2011 Jeep Wrangler Performance

6.0
Performance
While most of the Chrysler and Jeep lineup has received the company's new Pentastar V-6 for 2011, the Jeep Wrangler The 3.8-liter V-6 engine produces 202 horsepower and comes with a choice of either manual or four-speed automatic transmissions. Fuel economy on rear-drive, manual-transmission models is as high as 16 mpg city, 21 highway, which is good for the Wrangler lineup but not particularly economical.

The driving experience in the 2011 Jeep Wrangler by no means exciting or rewarding on the road, but overall it's deft enough to get out of its own way. The V-6 is perfectly adequate with either gearbox—though it's winded on the highway, and neither as torquey as Jeep's former straight six nor as refined and responsive as the new 3.6-liter in the Grand Cherokee. With its stiff, jittery ride, combined with just-adequate handling, imprecise steering, and a somewhat tall, tipsy feel—imagined, we should add, as the Wrangler's quite stable—you'll be very much aware of the road surface and probably keep to the speed limit.

Take off to the trail—pretty much any trail—and you'll experience the Wrangler's reason for being. The tough body-on-frame chassis and solid front and rear axles that established the Wrangler as one of the most capable off-road SUVs on the market continues to wow, with lots of clearance, a rugged underbody with protective skid plates, and terrific boulder-scrambling prowess. The traditional four-wheel-drive system is also supplemented with some modern tech, including an electric sway-bar disconnect that permits impressive wheel articulation without the expense of floppy on-road cornering.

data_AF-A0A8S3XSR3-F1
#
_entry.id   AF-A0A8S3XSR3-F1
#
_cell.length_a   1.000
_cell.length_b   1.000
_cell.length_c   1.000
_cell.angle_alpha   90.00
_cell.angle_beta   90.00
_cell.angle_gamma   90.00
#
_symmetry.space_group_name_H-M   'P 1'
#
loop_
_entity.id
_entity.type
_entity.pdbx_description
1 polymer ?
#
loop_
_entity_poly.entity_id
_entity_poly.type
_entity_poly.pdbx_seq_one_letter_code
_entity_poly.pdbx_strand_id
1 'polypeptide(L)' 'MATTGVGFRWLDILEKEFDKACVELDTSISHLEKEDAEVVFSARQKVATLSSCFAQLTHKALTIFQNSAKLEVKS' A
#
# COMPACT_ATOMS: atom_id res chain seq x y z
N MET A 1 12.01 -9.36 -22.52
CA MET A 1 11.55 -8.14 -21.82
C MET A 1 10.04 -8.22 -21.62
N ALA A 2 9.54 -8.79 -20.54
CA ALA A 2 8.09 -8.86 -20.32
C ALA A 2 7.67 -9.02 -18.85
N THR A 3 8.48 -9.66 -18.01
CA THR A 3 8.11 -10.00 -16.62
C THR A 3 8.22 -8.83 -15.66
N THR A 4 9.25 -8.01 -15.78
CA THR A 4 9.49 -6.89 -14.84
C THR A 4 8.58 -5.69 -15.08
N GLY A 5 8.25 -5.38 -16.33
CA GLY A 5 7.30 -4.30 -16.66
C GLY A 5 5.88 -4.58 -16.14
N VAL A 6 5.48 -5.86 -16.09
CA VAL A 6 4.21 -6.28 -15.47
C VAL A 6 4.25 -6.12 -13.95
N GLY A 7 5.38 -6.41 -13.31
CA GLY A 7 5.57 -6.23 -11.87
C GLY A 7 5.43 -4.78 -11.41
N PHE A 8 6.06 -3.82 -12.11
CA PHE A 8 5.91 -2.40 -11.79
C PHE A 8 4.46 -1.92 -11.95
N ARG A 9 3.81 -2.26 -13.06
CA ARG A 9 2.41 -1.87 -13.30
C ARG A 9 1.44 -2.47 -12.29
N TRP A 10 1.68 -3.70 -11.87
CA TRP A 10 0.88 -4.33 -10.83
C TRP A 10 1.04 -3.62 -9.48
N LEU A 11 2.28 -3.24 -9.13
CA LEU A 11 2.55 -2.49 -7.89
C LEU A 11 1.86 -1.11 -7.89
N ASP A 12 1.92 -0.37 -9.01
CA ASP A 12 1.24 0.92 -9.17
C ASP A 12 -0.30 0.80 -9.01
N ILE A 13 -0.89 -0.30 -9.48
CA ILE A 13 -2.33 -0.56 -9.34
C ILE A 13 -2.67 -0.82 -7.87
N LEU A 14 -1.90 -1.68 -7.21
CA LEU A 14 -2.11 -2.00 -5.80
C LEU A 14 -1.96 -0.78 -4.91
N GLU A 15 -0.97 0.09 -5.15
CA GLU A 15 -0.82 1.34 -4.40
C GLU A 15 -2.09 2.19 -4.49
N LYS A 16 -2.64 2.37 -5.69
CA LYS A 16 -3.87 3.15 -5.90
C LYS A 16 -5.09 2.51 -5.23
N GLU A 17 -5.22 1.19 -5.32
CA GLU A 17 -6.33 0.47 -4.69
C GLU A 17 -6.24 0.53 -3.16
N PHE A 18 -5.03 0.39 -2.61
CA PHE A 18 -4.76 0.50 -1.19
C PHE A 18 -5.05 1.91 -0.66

The 2011 Jeep Wrangler is lackluster and unimpressive on the road; but it has top-notch performance chops off-road.

Off-roading toughness of the Wrangler is assured by live axle front and rear suspensions, with 10.2 inches of ground clearance and the availability of a four-wheel-drive system with heavy-duty axles, locking differentials, Rock-Trac transfer case with the sway-bar disconnect, extra-low gearing, and knobby BF Goodrich tires on Rubicon versions. And for those who shop by the numbers, the critical ones for the Wrangler are 44.3 degrees approach, 25.4 degrees breakover, and 40.4 degrees departure—that's all for the top-of-the-line, off-road-pedigreed Rubicon. 

Research Other Topics

6.8
on a scale of 1 to 10
Styling
9.0
Expert Rating
Performance
6.0
Expert Rating
Comfort & Quality
4.0
Expert Rating
Safety
6.0
Expert Rating
Features
9.0
Expert Rating
Fuel Economy
5.0
Expert Rating